ssl certificate

The Parenting Secret I Learned at a Parent Teacher Conference

‘Tis the season of the parent teacher conference...

...and I'm currently debating if it’s worth my time to attend my sons’ high school P/T conferences, which just aren’t the same as the P/T conferences of elementary school.

Somehow in those days of P/T conferences and pediatric well-checks, I became addicted to the charted progress reports confirming my children’s academic, social, and physical progress. I liked the measurable results that clearly validated all of my parenting investment. Any lagging behind certain percentiles was like getting a “D” on my parenting report card.

Because I firmly believed that my children’s success was in direct correlation to my parenting skills.

But in October of 2007 at 4:07pm, during my youngest son’s P/T conference in Mrs. Haugen’s second grade classroom, I learned a profound truth that forever changed my perspective on parenting.

I remember the time vividly, because I was running late for our appointment that started at 4:00pm sharp. P/T conferences were scheduled as back-to-back fifteen minute slots that started and ended firmly, and as PTA president that year, I’d been in charge of communicating to parents about the importance of honoring the schedule.

[Side note—I believe I was recruited to be in PTA leadership because of my knack for party planning, but I secretly hoped  by taking on this role that the elusive skills of organization and promptness would manifest upon me.]

Not. Even. Close.

Being a parent, or PTA president, didn’t change how I was wired. It just made my weaknesses effect more people.

I'm a chaotic whirlwind of energetic ideas and radiant creativity. In other words, I’m also chronically late, massively disorganized, confounded by clutter, and frequently forgetful.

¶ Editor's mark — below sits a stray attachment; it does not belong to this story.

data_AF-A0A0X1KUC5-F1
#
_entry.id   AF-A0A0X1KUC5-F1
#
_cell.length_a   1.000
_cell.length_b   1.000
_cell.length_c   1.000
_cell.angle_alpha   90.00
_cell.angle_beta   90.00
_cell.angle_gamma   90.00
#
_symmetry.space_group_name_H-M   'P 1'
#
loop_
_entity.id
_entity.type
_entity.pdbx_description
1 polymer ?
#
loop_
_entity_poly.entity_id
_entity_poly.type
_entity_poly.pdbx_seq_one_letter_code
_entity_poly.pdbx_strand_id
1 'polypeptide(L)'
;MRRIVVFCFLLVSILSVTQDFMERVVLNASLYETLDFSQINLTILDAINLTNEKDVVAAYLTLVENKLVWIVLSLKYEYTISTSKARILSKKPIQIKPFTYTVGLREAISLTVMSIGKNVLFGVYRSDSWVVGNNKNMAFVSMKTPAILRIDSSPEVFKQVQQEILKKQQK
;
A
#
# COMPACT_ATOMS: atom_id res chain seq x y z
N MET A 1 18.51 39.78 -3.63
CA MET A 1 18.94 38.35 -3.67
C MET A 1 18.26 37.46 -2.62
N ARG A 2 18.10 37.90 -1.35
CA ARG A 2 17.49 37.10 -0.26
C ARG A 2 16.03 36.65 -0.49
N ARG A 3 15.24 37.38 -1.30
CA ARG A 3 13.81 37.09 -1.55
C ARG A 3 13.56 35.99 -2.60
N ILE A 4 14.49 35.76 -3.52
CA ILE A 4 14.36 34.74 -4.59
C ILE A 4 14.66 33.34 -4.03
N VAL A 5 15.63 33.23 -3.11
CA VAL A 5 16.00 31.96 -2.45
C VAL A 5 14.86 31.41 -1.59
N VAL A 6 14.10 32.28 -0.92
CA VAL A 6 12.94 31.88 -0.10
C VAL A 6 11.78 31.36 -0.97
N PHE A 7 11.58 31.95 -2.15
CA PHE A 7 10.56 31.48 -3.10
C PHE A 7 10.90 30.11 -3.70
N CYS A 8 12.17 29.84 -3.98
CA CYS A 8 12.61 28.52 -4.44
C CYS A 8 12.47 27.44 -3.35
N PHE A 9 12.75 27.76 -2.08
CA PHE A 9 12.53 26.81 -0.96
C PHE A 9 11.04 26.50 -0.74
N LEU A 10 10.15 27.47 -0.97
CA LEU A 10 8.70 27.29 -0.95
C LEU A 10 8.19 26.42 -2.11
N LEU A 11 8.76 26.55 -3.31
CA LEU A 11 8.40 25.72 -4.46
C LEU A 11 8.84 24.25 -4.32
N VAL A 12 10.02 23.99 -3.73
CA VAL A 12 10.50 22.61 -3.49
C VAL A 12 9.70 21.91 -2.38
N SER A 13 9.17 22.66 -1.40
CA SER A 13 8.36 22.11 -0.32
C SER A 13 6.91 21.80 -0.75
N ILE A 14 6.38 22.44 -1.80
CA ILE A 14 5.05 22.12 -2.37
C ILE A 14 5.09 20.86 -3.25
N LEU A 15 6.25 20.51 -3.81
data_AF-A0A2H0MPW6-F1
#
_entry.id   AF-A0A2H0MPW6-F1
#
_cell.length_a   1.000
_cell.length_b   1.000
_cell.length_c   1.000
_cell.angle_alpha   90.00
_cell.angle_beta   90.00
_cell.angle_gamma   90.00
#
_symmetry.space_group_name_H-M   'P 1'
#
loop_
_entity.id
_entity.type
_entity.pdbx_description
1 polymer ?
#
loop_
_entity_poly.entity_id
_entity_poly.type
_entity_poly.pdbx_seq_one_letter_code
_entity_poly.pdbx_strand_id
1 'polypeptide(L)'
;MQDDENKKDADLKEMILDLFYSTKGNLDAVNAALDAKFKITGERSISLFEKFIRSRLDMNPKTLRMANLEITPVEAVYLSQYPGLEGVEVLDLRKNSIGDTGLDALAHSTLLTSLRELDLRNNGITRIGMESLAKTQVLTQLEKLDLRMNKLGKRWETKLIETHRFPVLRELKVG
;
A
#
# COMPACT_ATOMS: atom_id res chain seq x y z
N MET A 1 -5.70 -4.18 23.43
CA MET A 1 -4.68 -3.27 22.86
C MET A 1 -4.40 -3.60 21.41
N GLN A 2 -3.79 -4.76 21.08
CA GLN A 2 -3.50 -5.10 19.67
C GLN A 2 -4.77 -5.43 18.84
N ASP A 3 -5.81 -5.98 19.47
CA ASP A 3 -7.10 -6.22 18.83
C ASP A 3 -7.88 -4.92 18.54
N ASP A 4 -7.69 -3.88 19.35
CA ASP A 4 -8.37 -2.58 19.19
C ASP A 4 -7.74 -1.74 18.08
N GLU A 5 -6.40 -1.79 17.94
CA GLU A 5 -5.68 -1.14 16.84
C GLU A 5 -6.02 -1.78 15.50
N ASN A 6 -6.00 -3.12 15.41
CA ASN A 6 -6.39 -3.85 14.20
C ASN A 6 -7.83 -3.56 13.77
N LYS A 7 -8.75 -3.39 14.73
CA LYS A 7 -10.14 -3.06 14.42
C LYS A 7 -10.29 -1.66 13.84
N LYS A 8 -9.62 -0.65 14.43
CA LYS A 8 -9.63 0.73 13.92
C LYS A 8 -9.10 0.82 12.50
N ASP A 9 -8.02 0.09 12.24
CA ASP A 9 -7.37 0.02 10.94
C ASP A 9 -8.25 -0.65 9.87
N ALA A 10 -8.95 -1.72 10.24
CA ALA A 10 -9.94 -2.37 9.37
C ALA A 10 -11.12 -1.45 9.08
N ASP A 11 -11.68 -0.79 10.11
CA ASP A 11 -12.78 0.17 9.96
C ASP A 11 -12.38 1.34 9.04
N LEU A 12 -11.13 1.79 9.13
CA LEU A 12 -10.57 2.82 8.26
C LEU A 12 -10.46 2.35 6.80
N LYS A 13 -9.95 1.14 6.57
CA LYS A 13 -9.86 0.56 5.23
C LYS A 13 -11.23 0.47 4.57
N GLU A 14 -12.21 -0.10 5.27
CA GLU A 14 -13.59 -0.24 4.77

Mean people would probably call me a flake, or even a total train wreck.

I know this because it’s what my inner mean girl has been whispering inside my head for decades.

So at 4:07pm, I illustrated how to be a train wreck by rushing into Mrs. Haugen’s classroom late, tripping and losing the grip on my purse, and scattering a crap-load of purse clutter everywhere.

I dropped to the ground and frantically gathered loose change and feminine products from underneath the desks. I even found Caleb’s tooth that I’d stashed in my purse weeks before, and suddenly remembered I’d forgotten to be the Tooth Fairy again.

And I also remembered the day I’d  put his tooth in my purse, and my son's response when I’d told him we’d save it for the Tooth Fairy that night.

“Don’t worry about it, Mom. I know the Tooth Fairy isn’t real, because she always forgets to come. If she were real, she’d remember.”

So there I was, halfway into a P/T conference, on my hands and knees under a desk holding a nickel, a tampon, and a tooth, and trying not to cry.

Mrs. Haugen sighed, looked at the clock and told me there was really just one thing she wanted me to know.

She walked over to Caleb’s desk and invited me to come take a look.

Inside his desk were two meticulous stacks of books and folders. Perfectly sharpened pencils lay side-by-side, in order of largest to smallest, all exactly in line by their tips. Erasers and paper clips were organized by color in  neat little rows.

She told me that Caleb’s desk had looked like that every day since the beginning of school, and that he was the most organized, responsible kid in the class. She’d also known his two older siblings, and said even though they had different personality types, when it came to organization and responsibility, they were just like Caleb. She explained that most second graders’ biggest maturity struggle was the increased demand for responsibility and organization, and many of her P/T conference conversations revolved around helping parents instill these skills in their kids.

“I’ve always wondered what kind of magical parenting strategy you used," she said with a strange smirk on her face, "and then I got to know you.”

And then she said the most profound thing ever: 

“I've finally figured out your parenting secret. Your kids have learned to compensate for your lack of organization. They've had to build their skills in order to survive, and they are THRIVING because of it.”

I will never forget these words. And I’m still not sure if it was supposed to be a parenting compliment or a slam, but I didn’t care. Because I knew it was true.

These words have continued to echo inside my mama brain ever since. And they’ve changed my life.